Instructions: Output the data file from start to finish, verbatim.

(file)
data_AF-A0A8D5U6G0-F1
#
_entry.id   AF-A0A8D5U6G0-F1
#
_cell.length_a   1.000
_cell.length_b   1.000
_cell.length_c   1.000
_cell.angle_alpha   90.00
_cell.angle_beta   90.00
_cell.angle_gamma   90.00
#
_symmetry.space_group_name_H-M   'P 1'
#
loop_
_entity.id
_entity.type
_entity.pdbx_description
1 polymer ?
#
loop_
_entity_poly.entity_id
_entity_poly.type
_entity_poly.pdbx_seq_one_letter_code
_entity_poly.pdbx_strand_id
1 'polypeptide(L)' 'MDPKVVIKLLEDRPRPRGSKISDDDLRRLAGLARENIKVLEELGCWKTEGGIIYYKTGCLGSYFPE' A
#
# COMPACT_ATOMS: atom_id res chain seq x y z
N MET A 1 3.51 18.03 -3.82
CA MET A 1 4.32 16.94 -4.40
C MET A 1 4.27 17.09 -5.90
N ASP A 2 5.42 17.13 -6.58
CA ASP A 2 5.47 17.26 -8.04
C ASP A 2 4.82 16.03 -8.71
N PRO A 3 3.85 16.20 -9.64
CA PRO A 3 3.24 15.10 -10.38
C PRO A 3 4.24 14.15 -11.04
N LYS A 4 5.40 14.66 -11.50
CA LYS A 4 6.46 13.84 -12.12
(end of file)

data_AF-A0A8D5U6G0-F1
#
_entry.id   AF-A0A8D5U6G0-F1
#
_cell.length_a   1.000
_cell.length_b   1.000
_cell.length_c   1.000
_cell.angle_alpha   90.00
_cell.angle_beta   90.00
_cell.angle_gamma   90.00
#
_symmetry.space_group_name_H-M   'P 1'
#
loop_
_entity.id
_entity.type
_entity.pdbx_description
1 polymer ?
#
loop_
_entity_poly.entity_id
_entity_poly.type
_entity_poly.pdbx_seq_one_letter_code
_entity_poly.pdbx_strand_id
1 'polypeptide(L)' 'MDPKVVIKLLEDRPRPRGSKISDDDLRRLAGLARENIKVLEELGCWKTEGGIIYYKTGCLGSYFPE' A
#
# COMPACT_ATOMS: atom_id res chain seq x y z
N MET A 1 3.51 18.03 -3.82
CA MET A 1 4.32 16.94 -4.40
C MET A 1 4.27 17.09 -5.90
N ASP A 2 5.42 17.13 -6.58
CA ASP A 2 5.47 17.26 -8.04
C ASP A 2 4.82 16.03 -8.71
N PRO A 3 3.85 16.20 -9.64
CA PRO A 3 3.24 15.10 -10.38
C PRO A 3 4.24 14.15 -11.04
N LYS A 4 5.40 14.66 -11.50
CA LYS A 4 6.46 13.84 -12.12